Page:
WASHINGTON - The corruption case against Rep. William Jefferson, D-La., may not start as scheduled next week, a published report said.
Jefferson's attorneys have filed court papers to appeal a judge's ruling this month that the case against him is valid, The Hill reported Thursday.
The attorneys filed a notice of appeal Wednesday with the 4th Circuit U.S. Court of Appeals, the report said.
Jefferson had urged U.S. District Judge T.S. Ellis III to dismiss the case, arguing that grand jury testimony used against Jefferson violated the Constitution's "speech and debate clause." The constitutional language has been widely interpreted as protecting the legislative work of members of Congress from interference by other branches of government.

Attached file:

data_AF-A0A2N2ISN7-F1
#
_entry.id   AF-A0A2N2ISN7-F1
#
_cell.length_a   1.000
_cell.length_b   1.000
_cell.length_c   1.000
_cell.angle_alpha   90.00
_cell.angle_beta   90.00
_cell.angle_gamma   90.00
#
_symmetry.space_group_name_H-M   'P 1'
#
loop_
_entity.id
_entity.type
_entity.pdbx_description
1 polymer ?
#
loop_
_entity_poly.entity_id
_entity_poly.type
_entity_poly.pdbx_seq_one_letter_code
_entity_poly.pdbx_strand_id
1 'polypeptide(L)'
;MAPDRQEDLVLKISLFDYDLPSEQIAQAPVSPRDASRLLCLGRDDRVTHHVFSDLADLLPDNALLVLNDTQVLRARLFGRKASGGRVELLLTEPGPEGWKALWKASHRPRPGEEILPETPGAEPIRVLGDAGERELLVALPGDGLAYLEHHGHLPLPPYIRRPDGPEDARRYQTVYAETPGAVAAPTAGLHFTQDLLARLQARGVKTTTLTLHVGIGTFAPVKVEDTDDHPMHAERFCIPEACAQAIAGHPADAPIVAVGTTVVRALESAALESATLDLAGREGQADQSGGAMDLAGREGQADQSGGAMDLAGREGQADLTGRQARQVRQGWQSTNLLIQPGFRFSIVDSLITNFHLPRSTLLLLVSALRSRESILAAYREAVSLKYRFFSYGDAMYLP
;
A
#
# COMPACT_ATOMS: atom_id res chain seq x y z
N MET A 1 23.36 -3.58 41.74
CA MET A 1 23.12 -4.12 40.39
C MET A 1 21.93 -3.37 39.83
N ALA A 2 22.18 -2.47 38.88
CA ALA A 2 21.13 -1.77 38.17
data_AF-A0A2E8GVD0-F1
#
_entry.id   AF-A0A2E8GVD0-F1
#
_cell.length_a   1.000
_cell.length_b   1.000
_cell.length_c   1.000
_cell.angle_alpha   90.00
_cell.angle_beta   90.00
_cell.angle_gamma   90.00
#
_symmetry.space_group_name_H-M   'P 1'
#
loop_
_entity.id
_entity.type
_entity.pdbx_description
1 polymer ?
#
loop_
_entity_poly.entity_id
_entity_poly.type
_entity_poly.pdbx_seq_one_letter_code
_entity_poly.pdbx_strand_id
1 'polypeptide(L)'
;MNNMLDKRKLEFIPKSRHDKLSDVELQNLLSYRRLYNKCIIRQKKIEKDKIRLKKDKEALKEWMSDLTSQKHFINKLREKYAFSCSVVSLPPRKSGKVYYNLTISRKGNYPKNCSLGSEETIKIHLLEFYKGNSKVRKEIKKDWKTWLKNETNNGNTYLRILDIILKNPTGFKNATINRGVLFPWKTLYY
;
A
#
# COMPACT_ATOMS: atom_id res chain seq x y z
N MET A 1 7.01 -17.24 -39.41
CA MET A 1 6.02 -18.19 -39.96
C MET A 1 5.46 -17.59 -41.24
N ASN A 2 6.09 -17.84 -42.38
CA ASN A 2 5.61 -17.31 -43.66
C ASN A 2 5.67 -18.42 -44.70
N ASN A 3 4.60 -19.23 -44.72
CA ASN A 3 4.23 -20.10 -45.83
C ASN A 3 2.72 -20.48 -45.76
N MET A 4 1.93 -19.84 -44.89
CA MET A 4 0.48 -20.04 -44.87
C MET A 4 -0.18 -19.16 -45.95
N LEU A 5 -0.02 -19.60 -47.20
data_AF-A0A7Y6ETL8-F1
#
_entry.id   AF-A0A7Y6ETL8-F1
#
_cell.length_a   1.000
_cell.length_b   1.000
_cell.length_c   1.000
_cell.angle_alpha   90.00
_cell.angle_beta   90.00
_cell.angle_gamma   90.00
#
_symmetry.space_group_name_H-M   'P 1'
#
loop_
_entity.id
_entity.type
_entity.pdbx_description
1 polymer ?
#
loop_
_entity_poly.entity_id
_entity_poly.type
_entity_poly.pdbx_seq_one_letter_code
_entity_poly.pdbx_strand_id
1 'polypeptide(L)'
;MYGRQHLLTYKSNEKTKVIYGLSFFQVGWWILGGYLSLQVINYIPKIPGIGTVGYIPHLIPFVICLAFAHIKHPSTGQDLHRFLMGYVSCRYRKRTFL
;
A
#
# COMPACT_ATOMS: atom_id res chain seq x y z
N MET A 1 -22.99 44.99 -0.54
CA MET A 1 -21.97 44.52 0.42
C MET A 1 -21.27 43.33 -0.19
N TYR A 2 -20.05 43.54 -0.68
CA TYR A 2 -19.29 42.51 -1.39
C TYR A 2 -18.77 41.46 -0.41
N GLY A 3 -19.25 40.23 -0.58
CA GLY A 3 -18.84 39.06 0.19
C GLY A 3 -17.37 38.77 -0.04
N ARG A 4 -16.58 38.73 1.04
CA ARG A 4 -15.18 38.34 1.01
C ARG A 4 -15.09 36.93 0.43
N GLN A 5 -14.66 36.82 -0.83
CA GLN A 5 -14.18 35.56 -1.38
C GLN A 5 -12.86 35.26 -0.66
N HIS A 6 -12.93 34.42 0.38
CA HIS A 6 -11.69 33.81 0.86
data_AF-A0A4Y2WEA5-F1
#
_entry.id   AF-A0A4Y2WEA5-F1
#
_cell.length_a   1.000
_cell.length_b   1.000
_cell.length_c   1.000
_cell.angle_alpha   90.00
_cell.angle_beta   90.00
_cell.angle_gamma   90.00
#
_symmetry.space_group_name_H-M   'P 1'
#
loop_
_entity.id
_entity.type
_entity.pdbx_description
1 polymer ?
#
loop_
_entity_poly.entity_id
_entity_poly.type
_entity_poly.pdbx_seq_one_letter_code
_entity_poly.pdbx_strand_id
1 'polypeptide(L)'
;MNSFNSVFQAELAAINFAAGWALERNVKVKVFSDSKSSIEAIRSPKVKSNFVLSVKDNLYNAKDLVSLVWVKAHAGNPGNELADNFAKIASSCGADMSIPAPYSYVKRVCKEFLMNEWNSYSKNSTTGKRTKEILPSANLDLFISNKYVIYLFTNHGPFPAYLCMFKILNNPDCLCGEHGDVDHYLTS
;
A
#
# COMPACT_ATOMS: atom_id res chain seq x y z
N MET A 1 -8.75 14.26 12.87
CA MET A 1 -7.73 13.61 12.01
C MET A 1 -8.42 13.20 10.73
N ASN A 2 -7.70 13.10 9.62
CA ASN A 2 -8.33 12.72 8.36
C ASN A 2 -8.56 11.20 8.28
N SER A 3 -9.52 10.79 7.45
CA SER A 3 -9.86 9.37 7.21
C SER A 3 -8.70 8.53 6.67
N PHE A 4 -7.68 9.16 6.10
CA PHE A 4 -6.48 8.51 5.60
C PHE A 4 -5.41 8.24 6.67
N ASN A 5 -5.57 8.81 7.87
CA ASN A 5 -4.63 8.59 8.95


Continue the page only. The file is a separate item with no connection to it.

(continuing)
Prosecutors argued that interpretation was so overly broad it would preclude any criminal charges against a member of Congress in cases involving crimes associated with congressional duties.
"It's not an expansive immunity," Ellis said in his Feb. 6 ruling. "It's a focused immunity."
Jefferson has pleaded innocent to bribery, racketeering and money-laundering charges. He was indicted in 2007 on 16 counts in connection with alleged bribery schemes involving business ventures in the United States and West Africa.
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